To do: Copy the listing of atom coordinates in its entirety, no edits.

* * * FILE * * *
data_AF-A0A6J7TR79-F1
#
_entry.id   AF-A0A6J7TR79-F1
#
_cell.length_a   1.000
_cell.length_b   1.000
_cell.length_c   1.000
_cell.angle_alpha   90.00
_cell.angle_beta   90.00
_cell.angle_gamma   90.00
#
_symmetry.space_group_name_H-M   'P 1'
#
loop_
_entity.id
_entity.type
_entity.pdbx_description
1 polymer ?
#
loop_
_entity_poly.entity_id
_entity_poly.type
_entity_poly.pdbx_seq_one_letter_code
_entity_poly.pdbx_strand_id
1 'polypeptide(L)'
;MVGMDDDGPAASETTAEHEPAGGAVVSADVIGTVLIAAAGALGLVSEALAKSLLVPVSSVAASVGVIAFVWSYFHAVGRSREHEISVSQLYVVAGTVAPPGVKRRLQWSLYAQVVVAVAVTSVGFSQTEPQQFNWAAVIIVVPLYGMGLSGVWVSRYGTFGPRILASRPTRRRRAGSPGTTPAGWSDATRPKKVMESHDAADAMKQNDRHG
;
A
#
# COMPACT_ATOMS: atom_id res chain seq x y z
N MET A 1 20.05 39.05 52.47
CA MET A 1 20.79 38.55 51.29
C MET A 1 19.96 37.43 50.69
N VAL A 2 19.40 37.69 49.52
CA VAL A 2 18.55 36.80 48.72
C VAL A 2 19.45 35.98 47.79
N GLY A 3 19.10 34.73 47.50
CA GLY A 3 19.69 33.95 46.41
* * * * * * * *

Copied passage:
data_AF-A0A6J7TR79-F1
#
_entry.id   AF-A0A6J7TR79-F1
#
_cell.length_a   1.000
_cell.length_b   1.000
_cell.length_c   1.000
_cell.angle_alpha   90.00
_cell.angle_beta   90.00
_cell.angle_gamma   90.00
#
_symmetry.space_group_name_H-M   'P 1'
#
loop_
_entity.id
_entity.type
_entity.pdbx_description
1 polymer ?
#
loop_
_entity_poly.entity_id
_entity_poly.type
_entity_poly.pdbx_seq_one_letter_code
_entity_poly.pdbx_strand_id
1 'polypeptide(L)'
;MVGMDDDGPAASETTAEHEPAGGAVVSADVIGTVLIAAAGALGLVSEALAKSLLVPVSSVAASVGVIAFVWSYFHAVGRSREHEISVSQLYVVAGTVAPPGVKRRLQWSLYAQVVVAVAVTSVGFSQTEPQQFNWAAVIIVVPLYGMGLSGVWVSRYGTFGPRILASRPTRRRRAGSPGTTPAGWSDATRPKKVMESHDAADAMKQNDRHG
;
A
#
# COMPACT_ATOMS: atom_id res chain seq x y z
N MET A 1 20.05 39.05 52.47
CA MET A 1 20.79 38.55 51.29
C MET A 1 19.96 37.43 50.69
N VAL A 2 19.40 37.69 49.52
CA VAL A 2 18.55 36.80 48.72
C VAL A 2 19.45 35.98 47.79
N GLY A 3 19.10 34.73 47.50
CA GLY A 3 19.69 33.95 46.41